To increase living space, we are removing the existing attic roof while retaining the masonry side and rear walls to create a third floor. We designed a perfect spot for a roof garden on the third level, which will have a flat roof structure. Over time, the green oasis will flourish with heat-absorbing plants that attract beneficial insects while mitigating water runoff to the overall site.

The animation shows our basic concept and program in six stages.


While the new exterior facade is a dark pallet, we focused on applying lighter, Japanese-inspired, natural materials for the interior. Stepping inside, the interior will be bright and airy, with new windows and an open staircase with a two-story space at the bottom landing. The large windows and floor-to-ceiling glass folding wall on the first level allow the interior spaces to enjoy ample natural light and air ventilation, reducing the home’s reliance on artificial energy. Custom white oak millwork cabinetry and details will flow throughout the house, adding a warm and calming hue.


The house’s ground floor was gutted at some point, so there weren’t many obstacles to designing an open living and workspace. We positioned the kitchen and dining spaces near the newly enlarged window system to take advantage of sideyard views. The workspace functions as a fusion kitchen photo studio, and the amount of natural light is a welcome free light source for our clients.

We’re adding several bedrooms and a guest bedroom to the second floor, and the third-floor addition is where the master suite and living area are positioned. Our clients will feel thoroughly pampered in their deluxe master suite with a fireplace, swanky bar, and lounging areas. They might find it hard to leave the retreat-like space with lavish amenities, spaciousness, and a private deck.


It’s hard to resist the temptation to expose brick walls, which impart timeless texture and character to a space. Our clients were interested in exposing some of the existing historical Chicago Common masonry in the interior, which takes a little ingenuity.

Considering our current energy code requirements, exposed masonry at the exterior and interior of a wall is nearly impossible. It’s typical for builders to keep exposed masonry at the exterior face and build an insulated furring wall at the interior. We think they have it backward. Here, we designed an insulated cement board, the waterproof membrane at the masonry’s exterior side. This type of rainscreen allows us to keep the interior exposed to the masonry surface. And an added benefit to this design is that the masonry will act as a thermal mass in the winter by absorbing and storing heat during the day and releasing it back into the space at night.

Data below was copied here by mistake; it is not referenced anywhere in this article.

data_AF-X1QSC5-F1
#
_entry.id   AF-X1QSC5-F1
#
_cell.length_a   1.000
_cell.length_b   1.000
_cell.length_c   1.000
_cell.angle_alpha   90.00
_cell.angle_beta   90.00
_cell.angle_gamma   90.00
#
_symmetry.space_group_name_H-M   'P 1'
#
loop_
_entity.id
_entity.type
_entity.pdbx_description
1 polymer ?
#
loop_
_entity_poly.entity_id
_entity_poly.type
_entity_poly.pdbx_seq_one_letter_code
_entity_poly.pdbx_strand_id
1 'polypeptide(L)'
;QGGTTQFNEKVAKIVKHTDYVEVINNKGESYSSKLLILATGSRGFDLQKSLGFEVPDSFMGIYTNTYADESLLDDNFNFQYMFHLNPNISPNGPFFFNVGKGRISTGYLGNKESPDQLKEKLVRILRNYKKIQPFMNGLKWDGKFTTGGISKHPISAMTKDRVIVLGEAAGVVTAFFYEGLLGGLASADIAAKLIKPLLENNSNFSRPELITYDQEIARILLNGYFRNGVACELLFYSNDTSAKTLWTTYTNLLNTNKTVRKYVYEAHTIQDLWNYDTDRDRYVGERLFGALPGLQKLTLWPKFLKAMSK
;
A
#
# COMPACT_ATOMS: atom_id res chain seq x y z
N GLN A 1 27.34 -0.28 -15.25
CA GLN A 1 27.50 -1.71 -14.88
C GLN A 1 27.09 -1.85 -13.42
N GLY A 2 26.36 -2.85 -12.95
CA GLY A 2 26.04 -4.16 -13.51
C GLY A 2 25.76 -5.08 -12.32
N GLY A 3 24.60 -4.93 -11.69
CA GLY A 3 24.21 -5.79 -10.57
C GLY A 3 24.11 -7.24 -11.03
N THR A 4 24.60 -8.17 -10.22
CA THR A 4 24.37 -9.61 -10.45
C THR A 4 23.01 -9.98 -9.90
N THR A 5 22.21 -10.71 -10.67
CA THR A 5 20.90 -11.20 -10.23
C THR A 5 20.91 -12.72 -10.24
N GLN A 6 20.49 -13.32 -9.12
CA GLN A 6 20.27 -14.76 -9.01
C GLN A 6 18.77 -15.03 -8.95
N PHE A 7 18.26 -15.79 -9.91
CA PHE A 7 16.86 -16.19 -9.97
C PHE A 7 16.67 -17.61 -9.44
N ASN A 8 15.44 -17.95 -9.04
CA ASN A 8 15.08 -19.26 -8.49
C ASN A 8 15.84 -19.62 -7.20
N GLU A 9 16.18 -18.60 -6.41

There is such potential with the amount of side and rear yard space. And in its current condition, the only connection to the yard is a rickety door that opens to an awkward set of steps leading to the yard. We plan to maximize the connection between the interior and exterior by replacing the side entry door with a large-scale folding glass wall system that really connects to the site’s open space.

The folding doors opening to the walkway merge with the yard, creating more usable space, especially during warmer months. The cantilever overhang that juts out from the second and third floors provides shade and protective cover during rainy months.

We’re eager to begin work on this project to make some vast improvements to the space’s livability and overall aesthetics. Below are a few photos of the existing exterior and interior conditions, and you can check out our social media platforms for construction updates.

Front and side exterior views